Driving the ultimate factory Porsche 962C

The superlatives flow from Andrew Frankel as he recalls his trackday at a chilly Silverstone in the racer that finished second in the 1988 Le Mans 24 Hours. And what a car it is...

Porsche 962 on track at Silverstone
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I have been lucky enough to track test a couple of Porsche 962s. The one you see pictured was Porsche’s own, a Le Mans winner and was driven at Weissach, the home of Porsche motor sport, under grey skies. That’s about as good as it gets. But despite this, the one I recall most vividly was Henry Pearman’s 962-010 that I drove at Silverstone a few years ago.

This was the factory’s last laugh, a one-off car built to win Le Mans in 1988 –and it almost did. Even without qualifying boost, so probably with ‘only’ around 750bhp under my right foot, it was a revealing experience.

The interior still looked primitive, far closer to that of a 1960s racer than a modern sports racing car. And for all the progress made under the engine cover, there was still significant turbo lag. It needed more than 3000rpm on the clock before it would show any interest at all, and then you had to watch out because when the power did turn up, it wasn’t shy about announcing its arrival.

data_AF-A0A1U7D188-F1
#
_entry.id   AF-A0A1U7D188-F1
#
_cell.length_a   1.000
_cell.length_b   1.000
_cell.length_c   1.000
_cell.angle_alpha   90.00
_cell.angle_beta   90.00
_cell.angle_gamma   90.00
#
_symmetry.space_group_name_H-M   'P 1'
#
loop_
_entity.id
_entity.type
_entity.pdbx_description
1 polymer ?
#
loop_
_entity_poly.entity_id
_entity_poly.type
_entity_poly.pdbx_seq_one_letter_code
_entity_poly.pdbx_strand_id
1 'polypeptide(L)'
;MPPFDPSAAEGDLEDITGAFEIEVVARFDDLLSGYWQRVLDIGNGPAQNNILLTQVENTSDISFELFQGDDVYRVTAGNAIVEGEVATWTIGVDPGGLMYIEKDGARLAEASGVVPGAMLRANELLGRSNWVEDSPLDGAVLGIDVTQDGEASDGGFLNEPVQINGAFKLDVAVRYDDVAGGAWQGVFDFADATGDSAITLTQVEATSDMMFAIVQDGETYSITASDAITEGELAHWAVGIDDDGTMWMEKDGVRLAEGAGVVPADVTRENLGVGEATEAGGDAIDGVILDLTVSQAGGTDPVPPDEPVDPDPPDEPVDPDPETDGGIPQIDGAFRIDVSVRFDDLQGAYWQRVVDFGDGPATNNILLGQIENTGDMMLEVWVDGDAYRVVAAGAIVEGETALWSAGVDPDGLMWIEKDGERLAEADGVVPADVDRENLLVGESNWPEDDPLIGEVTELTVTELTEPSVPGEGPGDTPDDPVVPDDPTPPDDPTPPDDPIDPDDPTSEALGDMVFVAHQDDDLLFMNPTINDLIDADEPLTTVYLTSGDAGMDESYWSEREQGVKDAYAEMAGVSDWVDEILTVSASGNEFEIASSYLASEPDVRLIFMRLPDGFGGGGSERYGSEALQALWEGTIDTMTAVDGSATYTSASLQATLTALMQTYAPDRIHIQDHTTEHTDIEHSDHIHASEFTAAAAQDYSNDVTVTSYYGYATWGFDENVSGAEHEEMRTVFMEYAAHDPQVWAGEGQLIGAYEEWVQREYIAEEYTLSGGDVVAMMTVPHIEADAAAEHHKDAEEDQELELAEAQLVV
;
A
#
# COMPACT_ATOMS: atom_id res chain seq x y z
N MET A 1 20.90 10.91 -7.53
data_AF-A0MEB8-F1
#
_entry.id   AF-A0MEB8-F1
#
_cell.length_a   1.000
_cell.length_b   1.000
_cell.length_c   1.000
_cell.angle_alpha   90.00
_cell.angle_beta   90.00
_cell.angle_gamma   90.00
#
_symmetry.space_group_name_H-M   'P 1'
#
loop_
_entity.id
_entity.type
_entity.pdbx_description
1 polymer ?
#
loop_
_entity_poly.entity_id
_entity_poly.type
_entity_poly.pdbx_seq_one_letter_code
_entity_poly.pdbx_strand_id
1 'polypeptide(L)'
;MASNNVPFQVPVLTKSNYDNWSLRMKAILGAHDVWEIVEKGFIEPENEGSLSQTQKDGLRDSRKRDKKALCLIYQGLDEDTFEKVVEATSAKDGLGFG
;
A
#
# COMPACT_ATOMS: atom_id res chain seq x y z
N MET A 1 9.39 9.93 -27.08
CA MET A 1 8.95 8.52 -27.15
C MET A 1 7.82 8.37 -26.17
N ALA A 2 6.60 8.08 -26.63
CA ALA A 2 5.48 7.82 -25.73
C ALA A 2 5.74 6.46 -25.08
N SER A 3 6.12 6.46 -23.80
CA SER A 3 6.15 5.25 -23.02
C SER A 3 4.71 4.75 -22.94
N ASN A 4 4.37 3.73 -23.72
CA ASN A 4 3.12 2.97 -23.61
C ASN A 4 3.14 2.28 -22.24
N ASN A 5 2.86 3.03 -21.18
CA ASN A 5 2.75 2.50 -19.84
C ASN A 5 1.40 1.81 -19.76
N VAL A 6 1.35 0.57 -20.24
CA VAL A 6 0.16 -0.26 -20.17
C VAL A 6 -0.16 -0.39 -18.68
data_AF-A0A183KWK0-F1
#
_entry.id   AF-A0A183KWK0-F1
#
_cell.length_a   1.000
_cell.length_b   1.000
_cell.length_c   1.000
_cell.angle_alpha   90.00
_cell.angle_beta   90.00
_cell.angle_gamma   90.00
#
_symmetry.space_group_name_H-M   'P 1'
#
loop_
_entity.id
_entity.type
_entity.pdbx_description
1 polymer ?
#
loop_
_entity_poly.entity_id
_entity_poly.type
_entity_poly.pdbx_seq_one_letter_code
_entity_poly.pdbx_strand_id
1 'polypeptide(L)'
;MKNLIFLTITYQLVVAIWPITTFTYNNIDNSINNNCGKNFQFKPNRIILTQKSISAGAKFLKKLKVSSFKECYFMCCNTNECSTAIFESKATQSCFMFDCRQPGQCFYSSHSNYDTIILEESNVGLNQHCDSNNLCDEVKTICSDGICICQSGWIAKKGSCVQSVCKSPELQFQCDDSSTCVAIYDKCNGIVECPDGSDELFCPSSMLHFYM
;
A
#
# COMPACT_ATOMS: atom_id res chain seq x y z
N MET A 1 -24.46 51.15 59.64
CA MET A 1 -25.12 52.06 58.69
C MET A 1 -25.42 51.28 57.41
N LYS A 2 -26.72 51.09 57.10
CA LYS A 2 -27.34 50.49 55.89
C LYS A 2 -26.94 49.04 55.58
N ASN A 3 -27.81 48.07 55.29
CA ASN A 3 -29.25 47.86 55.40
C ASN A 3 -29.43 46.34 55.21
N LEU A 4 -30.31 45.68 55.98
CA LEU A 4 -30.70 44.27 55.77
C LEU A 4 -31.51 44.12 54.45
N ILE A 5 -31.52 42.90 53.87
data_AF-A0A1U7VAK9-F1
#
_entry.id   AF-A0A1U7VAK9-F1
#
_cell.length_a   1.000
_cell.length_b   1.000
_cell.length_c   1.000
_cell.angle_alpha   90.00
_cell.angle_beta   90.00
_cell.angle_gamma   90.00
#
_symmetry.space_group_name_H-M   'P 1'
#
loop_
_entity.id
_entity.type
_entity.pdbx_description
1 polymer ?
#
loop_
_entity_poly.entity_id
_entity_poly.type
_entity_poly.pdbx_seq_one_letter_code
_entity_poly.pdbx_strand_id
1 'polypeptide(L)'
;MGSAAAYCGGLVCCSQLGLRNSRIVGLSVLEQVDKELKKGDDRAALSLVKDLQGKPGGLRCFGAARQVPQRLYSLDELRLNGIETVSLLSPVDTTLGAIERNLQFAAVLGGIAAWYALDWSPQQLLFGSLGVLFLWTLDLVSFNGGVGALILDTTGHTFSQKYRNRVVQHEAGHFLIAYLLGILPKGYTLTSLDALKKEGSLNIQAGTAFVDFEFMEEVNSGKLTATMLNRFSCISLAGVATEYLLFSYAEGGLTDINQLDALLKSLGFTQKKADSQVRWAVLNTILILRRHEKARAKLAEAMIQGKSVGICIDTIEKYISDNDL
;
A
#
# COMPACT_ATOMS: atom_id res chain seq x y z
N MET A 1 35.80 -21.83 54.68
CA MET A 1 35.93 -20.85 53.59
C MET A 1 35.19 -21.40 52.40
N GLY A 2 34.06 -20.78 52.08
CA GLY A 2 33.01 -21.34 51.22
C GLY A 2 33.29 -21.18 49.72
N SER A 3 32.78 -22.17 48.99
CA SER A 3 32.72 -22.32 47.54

On a dry but cold track and probably old slicks there was no point in putting your foot down in second. But in third the thrust was extraordinary.

Andrew Frankel drives a Porsche 962C

Our writer sits where Hans Stuck, Derek Bell and Al Holbert have gone before

Andrew Frankel in the cockpit of a Porsche 962C

It felt a little cumbersome in slow corners, thanks no doubt to its locked differential and the kind of spring rate required to support a body capable of generating so much downforce, and as we were using the National circuit it was only through Copse that I felt it starting to work. And it was incredible: fast, but also inspiring complete confidence. All I didn’t much like about it was the slow, ponderous gearchange.

Having driven it, the thought occurred to me there was one more reason the 956 and 962C did so well and survived for so long: these were easy cars to drive, pretty straightforward in operation, forgiving by nature with reliability built into their DNA. In long-distance racing such qualities are as important as pure power. There was no single reason for the success of the 956 and 962, but all these factors combined.

As for racing longevity that’s simple: as has been said before, nothing succeeds like success.